In Cani�al Bay,
Madeira, a dozen dead sperm whales lay at anchor. They were awaiting their turn
to be winched up the slipway into the flensing yard of the try-works, where 28
barefooted, bloody-ankled whalemen should have been waiting to strip off their
blubber. Right now, however, the whalemen had down-tooled. They were watching
Senhor Gouveia, their company manager, crouching over the sights of the brand
new 40-mm. cannon mounted in a powerboat.
He aimed at one
of the whale carcasses, paused and fired. The harpoon hit its target with a
smack and ricocheted. There was a loud cheer from above.
The cannon was
reloaded, and the boat circled for another run. This time the harpoon missed
altogether. There were louder cheers, tinged with irony.
At the third try
the whalemen just laughed. Their laughter rang mockingly across the bay, and
there was a lot more behind it than simple amusement. They had just seen their
whole way of life threatened—and reprieved.
experiment with the automatic harpoon had succeeded, it would have meant for
them new whaling methods, with diesels replacing oars, explosives instead of
strong right arms. There were old voices to be heard in that laughter—the
voices of whalemen long dead, echoing down the years from Nantucket and New
Bedford. Whaling is a business. But it is sport and adventure, too, men in a
personal duel with the great beasts of the water.
In a sense,
these barefoot men of Cani�al are living history. They follow a tradition that
elsewhere has vanished from the seas—open-boat whaling. Throughout the world,
science and modern methods have revolutionized the search for whale oil into a
thing of guns and steel, of fast steam catchers and factory ships. Nowhere now
do six trusty whalemen still stalk the sperm in an open rowboat, the harpooner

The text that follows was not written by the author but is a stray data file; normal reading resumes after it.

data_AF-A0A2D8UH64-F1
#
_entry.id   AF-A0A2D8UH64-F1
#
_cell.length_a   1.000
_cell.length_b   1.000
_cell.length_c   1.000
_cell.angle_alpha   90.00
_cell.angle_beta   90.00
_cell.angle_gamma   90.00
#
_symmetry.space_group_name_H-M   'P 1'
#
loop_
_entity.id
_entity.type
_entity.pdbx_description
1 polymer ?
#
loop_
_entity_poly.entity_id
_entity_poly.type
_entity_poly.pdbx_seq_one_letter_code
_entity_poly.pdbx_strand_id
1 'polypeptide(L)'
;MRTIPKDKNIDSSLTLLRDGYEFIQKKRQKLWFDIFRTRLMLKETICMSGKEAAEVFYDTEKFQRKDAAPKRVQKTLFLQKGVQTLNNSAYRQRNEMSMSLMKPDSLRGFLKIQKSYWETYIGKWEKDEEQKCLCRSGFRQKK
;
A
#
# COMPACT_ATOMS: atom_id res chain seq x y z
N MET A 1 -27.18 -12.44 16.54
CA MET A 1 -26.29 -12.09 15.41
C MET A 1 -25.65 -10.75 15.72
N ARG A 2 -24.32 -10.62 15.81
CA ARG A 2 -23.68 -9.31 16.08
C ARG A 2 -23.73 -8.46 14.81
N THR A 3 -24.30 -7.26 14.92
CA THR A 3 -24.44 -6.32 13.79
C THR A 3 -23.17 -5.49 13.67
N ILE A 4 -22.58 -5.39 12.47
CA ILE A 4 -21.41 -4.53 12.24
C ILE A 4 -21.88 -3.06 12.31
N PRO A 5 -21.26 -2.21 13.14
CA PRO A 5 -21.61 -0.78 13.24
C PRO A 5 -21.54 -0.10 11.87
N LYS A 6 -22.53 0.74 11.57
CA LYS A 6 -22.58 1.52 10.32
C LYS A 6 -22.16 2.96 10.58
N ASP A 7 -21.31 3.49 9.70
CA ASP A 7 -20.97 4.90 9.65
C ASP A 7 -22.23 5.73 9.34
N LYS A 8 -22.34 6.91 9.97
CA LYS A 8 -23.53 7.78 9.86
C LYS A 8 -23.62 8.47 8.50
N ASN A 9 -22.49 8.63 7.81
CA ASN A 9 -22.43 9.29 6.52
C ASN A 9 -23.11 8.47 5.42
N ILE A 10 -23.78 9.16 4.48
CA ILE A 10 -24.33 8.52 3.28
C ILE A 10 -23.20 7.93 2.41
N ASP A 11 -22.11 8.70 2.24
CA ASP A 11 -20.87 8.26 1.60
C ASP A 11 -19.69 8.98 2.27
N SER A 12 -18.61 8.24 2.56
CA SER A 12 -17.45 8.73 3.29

withholding his hand harpoon until the last minute—sometimes until the actual
bump of "wood on black-skin." Nowhere, that is, except in the Azores
whaleboats—there are four of them—are lined up on the "hard" with their
equipment stowed shipshape and Bristol-fashion ready for the "whale
sighted" signal. Were an old New England whaleman around today he would see
boats that are longer than in his time, about 10 feet longer, and
carvel—instead of clinker-built—that is to say, smooth-sided. But this last, he
will realize, is an improvement, because sperm whales are sensitive to noise
and these smooth sides must make less disturbance in the water.
Inside the boat
he would feel at home. There is one more oar and one more thwart, but
everything else is just where he left it one hundred years ago—the mast,
mainsail and jib lying along the thwarts, the twin line tubs amidships
containing 480 yards of neatly coiled whale line. There in the bow is the
"clumsy cleat," identical to the one he used to brace his leg against
when he was "darting the iron." And in the stern is the same old
"loggerhead," the post round which the whale line runs when the boat is
"fast" to a whale.
He moves up
for'ard, touching things nostalgically. Three lances for killing the whale—the
same. Six harpoons—the same. He draws one out. Imagine his astonishment. It is
the trusty Temple's Gig, the single-flued harpoon invented by Lewis Temple, a
New Bedford Negro, in 1848.
the similarity ends, because now the Portuguese are shore whalers. Where the
home of Herman Melville's men was in the fo'c'sle, the Portuguese live in
fishermen's cottages and grow their own vegetables and make their own wine.
Nevertheless, theirs is a primitive existence on a lonely headland. Their pay
averages out at 1,000 escudos per month—less than $30—the boatheaders top rate
at $60. They work all hours—sometimes, when a big catch has to be flensed
quickly, as long as 24 hours at a stretch.